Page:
This reading list has been compiled by CrossTalk DC partner, the DC Public Library. Many thanks to Librarian Kari Mitchell and Special Collections Manager Kerrie Cotten Williams. These books are available at or through your local branch library. Check out Part 1, Part 2, and Part 3.
Prince, S. (2014). African Americans and Gentrification in Washington, D.C.: Race, Class and Social Justice in the Nation’s Capital. Burlington, VT: Ashgate.
This book uses qualitative data to explore the experiences and ideas of African Americans confronting and constructing gentrification in Washington, D.C. It contextualizes Black Washingtonian perspectives on belonging and attachment during a marked period of urban restructuring and demographic change in the Nation’s Capital and sheds light on the process of social hierarchies and standpoints unfolding over time. African Americans and Gentrification in Washington, D.C. emerges as a portrait of a heterogeneous African American population wherein members define their identity and culture as a people informed by the impact of injustice on the urban landscape. It presents oral history and ethnographic data on current and former African American residents of D.C. and combines these findings with analyses from institutional, statistical, and scholarly reports on wealth inequality, shortages in affordable housing, and rates of unemployment. Prince contends that gentrification seizes upon and fosters uneven development, vulnerability and alienation, and contributes to classed and racialized tensions in affected communities in a book that will interest social scientists working in the fields of critical urban studies and urban ethnography.
Roth, H., & Ribalow, H. U. (1976). Call it Sleep: A Novel. New York, NY: Cooper Square Publ.
Call It Sleep is a 1934 novel by Henry Roth. The book is about a young boy growing up in the Jewish immigrant ghetto of New York’s Lower East Side in the early twentieth century.
Skloot, R. (2010). The Immortal life of Henrietta Lacks. New York, NY: Crown.
Her name was Henrietta Lacks, but scientists know her as HeLa. She was a poor black tobacco farmer whose cells—taken without her knowledge in 1951—became one of the most important tools in medicine, vital for developing the polio vaccine, cloning, gene mapping, and more. Henrietta’s cells have been bought and sold by the billions, yet she remains virtually unknown, and her family can’t afford health insurance. Skloot tells a riveting story of the collision between ethics, race, and medicine; of scientific discovery and faith healing; and of a daughter consumed with questions about the mother she never knew.
Sokol, J. (2014). All Eyes are Upon Us: Race and Politics from Boston to Brooklyn. New York, NY: Basic Books.
The Northeastern United States—home to abolitionism and a refuge for blacks fleeing the Jim Crow South—has had a long and celebrated history of racial equality and political liberalism. After World War II, the region appeared poised to continue this legacy, electing black politicians and rallying behind black athletes and cultural leaders. However, as historian Jason Sokol reveals in All Eyes Are Upon Us, these achievements obscured the harsh reality of a region riven by segregation and deep-seated racism.
Tanz, J. (2007). Other People’s Property: A Shadow History of Hip-Hop in White America. New York, NY: Bloomsbury.
Over the last quarter-century hip-hop has grown from an esoteric form of African-American expression to become the dominant form of American popular culture. Today, Snoop Dogg shills for Chrysler and white kids wear Fubu, the black-owned label whose name stands for “For Us, By Us.” This is not the first time that black music has been appreciated, adopted, and adapted by white audiences — think jazz, blues, and rock — but Jason Tanz, a white boy who grew up in the suburban Northwest, says that hip-hop’s journey through white America provides a unique window to examine the racial dissonance that has become a fact of our national life. In such culture-sharing Tanz sees white Americans struggling with their identity, and wrestling (often unsuccessfully) with the legacy of race.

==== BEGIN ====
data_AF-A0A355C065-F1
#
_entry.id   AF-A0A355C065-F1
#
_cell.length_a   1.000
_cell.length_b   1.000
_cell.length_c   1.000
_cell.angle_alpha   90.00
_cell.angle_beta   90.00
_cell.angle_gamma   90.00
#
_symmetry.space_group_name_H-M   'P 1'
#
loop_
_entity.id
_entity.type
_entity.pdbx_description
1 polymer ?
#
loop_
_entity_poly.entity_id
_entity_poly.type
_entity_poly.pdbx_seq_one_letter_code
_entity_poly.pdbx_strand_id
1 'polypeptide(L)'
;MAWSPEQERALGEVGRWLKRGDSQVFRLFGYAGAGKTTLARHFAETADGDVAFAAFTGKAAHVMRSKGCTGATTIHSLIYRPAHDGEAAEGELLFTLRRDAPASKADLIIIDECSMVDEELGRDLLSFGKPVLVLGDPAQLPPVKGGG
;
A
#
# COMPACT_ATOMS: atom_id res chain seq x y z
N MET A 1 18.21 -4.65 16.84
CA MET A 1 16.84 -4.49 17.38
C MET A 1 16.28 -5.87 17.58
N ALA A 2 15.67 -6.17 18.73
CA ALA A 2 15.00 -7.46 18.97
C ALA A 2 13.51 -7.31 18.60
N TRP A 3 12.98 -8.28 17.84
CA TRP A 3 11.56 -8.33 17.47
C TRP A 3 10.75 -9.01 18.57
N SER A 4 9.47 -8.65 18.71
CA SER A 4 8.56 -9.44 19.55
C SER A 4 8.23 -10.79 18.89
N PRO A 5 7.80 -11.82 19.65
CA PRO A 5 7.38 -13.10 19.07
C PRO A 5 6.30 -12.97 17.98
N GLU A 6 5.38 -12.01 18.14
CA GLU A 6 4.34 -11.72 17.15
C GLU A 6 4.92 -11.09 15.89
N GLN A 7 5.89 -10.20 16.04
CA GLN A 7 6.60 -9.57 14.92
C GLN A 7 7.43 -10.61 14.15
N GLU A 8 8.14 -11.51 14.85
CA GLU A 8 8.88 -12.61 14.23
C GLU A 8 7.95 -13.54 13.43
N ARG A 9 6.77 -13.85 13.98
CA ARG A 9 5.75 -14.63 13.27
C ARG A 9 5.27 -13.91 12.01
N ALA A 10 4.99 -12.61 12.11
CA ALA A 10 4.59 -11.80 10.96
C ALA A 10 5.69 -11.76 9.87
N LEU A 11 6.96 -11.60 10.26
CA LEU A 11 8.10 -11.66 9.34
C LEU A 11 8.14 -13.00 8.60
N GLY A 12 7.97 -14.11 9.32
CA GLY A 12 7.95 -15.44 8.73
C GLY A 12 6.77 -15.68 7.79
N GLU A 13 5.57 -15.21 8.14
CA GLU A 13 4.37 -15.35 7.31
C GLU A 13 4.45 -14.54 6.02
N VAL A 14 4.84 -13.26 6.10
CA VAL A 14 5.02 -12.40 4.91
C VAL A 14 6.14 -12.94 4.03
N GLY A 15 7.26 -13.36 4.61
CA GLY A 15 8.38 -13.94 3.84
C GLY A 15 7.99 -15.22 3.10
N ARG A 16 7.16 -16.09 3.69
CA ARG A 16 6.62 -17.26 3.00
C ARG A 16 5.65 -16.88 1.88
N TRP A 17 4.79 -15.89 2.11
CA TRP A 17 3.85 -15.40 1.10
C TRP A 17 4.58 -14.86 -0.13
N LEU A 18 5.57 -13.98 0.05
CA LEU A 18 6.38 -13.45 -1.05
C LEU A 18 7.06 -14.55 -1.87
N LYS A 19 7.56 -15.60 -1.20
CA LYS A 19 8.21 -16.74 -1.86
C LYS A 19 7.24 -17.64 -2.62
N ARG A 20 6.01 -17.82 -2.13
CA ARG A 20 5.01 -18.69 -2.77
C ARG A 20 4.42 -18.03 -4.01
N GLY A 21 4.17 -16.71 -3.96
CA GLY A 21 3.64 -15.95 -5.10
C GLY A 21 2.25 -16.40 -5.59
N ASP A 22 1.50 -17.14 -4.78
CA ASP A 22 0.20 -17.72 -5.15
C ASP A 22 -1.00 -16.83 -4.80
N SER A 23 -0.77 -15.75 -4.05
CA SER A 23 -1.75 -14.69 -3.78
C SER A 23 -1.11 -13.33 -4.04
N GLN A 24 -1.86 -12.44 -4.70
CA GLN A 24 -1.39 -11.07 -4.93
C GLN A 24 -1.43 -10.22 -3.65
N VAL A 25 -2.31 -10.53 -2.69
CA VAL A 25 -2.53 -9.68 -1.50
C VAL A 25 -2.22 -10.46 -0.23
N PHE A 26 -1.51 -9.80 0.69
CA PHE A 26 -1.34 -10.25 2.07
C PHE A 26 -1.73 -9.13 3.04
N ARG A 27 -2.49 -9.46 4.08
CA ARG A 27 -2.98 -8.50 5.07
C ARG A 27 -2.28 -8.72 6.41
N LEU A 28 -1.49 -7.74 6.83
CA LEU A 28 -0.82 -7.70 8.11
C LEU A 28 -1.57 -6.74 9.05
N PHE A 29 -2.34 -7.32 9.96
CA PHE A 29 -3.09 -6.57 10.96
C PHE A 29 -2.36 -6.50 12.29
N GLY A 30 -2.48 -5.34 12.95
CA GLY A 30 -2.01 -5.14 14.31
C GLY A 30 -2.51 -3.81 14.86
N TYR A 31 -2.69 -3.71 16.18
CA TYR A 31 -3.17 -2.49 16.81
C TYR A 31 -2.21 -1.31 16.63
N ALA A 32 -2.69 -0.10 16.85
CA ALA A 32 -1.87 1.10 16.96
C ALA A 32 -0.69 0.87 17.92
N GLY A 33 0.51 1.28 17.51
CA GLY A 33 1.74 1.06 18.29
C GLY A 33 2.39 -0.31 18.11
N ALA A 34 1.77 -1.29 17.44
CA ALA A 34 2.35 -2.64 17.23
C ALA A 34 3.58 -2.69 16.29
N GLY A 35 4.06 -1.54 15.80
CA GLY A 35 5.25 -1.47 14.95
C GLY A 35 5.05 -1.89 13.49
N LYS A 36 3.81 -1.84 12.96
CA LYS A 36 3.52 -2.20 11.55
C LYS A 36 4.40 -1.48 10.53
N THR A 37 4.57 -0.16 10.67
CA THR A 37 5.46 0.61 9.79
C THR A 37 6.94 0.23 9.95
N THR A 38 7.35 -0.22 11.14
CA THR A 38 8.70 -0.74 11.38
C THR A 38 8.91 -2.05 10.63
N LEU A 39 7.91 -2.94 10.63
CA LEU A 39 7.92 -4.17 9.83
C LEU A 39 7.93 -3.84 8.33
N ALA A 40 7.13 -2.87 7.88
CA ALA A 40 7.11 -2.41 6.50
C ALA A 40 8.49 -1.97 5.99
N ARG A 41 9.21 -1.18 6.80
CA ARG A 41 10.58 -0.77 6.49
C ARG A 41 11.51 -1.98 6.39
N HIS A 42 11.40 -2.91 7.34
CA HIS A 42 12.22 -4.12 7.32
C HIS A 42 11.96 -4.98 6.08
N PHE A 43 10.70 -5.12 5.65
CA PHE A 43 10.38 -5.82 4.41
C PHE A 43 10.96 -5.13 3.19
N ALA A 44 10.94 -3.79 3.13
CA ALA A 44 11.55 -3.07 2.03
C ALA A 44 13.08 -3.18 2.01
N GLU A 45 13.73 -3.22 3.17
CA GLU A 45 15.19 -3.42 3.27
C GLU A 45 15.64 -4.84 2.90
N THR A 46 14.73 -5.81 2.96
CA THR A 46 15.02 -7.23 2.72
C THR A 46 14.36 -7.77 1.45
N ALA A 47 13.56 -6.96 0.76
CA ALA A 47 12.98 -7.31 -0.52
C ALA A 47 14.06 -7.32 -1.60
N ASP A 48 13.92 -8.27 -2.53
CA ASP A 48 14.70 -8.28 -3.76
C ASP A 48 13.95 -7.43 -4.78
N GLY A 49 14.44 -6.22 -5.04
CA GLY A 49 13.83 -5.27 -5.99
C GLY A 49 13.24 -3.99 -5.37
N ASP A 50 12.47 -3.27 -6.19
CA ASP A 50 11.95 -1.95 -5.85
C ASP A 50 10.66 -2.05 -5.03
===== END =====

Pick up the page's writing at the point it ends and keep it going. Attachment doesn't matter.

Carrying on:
Ward, J. (2013). Men We Reaped: A Memoir. New York, NY: Bloomsbury.
Jesmyn’s memoir shines a light on the community she comes from, in the small town of DeLisle, Mississippi, a place of quiet beauty and fierce attachment. Here, in the space of four years, she lost five young men dear to her, including her beloved brother-lost to drugs, accidents, murder, and suicide. Their deaths were seemingly unconnected, yet their lives had been connected, by identity and place, and as Jesmyn dealt with these losses, she came to a staggering truth: These young men died because of who they were and the place they were from, because certain disadvantages breed a certain kind of bad luck. Because they lived with a history of racism and economic struggle.
Watters, E. (2003). Urban Tribes: A Generation Redefines Friendship, Family, and Commitment. New York, NY: Bloomsbury.
Driven by his personal desire to understand why his single life stretched far into his thirties, Ethan Watters explores the cultural and social forces that have steered his generation away from the altar — and discovers many reasons to be optimistic about the course his generation has chosen. Central to his thinking is the idea of Urban Tribes: the closely knit communities of friends that spring up during the ever-increasing period of time between college and married life. Tribes are revealed to be the key to understanding this generation, explaining not only why its members are putting off marriage, but also why singles often live outside of families so happily. In the end, Watters makes the case that the tribe years engender the self-respect critical to successful partnerships.